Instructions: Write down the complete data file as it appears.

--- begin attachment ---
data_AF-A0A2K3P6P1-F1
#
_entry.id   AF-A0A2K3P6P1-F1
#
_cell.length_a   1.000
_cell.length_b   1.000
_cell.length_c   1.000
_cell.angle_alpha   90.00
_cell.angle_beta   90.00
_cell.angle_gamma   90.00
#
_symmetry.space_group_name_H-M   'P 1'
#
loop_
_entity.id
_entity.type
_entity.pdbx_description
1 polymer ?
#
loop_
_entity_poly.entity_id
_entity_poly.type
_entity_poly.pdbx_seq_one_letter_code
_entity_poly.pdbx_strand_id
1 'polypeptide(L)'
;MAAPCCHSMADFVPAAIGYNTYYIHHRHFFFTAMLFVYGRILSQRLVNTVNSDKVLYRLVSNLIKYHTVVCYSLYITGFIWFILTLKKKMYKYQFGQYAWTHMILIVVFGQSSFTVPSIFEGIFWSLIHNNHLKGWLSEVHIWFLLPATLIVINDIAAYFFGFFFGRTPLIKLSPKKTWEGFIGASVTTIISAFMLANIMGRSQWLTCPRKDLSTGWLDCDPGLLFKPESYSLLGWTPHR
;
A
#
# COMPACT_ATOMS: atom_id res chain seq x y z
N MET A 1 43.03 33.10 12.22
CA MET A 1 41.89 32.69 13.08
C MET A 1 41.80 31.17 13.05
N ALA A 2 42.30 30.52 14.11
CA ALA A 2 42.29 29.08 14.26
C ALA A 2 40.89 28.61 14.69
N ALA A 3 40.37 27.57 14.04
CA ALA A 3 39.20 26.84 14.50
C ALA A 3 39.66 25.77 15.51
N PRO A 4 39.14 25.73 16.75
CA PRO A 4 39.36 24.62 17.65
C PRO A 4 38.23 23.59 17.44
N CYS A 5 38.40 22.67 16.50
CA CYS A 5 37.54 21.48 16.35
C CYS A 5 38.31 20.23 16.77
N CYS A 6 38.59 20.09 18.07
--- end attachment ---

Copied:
data_AF-A0A2K3P6P1-F1
#
_entry.id   AF-A0A2K3P6P1-F1
#
_cell.length_a   1.000
_cell.length_b   1.000
_cell.length_c   1.000
_cell.angle_alpha   90.00
_cell.angle_beta   90.00
_cell.angle_gamma   90.00
#
_symmetry.space_group_name_H-M   'P 1'
#
loop_
_entity.id
_entity.type
_entity.pdbx_description
1 polymer ?
#
loop_
_entity_poly.entity_id
_entity_poly.type
_entity_poly.pdbx_seq_one_letter_code
_entity_poly.pdbx_strand_id
1 'polypeptide(L)'
;MAAPCCHSMADFVPAAIGYNTYYIHHRHFFFTAMLFVYGRILSQRLVNTVNSDKVLYRLVSNLIKYHTVVCYSLYITGFIWFILTLKKKMYKYQFGQYAWTHMILIVVFGQSSFTVPSIFEGIFWSLIHNNHLKGWLSEVHIWFLLPATLIVINDIAAYFFGFFFGRTPLIKLSPKKTWEGFIGASVTTIISAFMLANIMGRSQWLTCPRKDLSTGWLDCDPGLLFKPESYSLLGWTPHR
;
A
#
# COMPACT_ATOMS: atom_id res chain seq x y z
N MET A 1 43.03 33.10 12.22
CA MET A 1 41.89 32.69 13.08
C MET A 1 41.80 31.17 13.05
N ALA A 2 42.30 30.52 14.11
CA ALA A 2 42.29 29.08 14.26
C ALA A 2 40.89 28.61 14.69
N ALA A 3 40.37 27.57 14.04
CA ALA A 3 39.20 26.84 14.50
C ALA A 3 39.66 25.77 15.51
N PRO A 4 39.14 25.73 16.75
CA PRO A 4 39.36 24.62 17.65
C PRO A 4 38.23 23.59 17.44
N CYS A 5 38.40 22.67 16.50
CA CYS A 5 37.54 21.48 16.35
C CYS A 5 38.31 20.23 16.77
N CYS A 6 38.59 20.09 18.07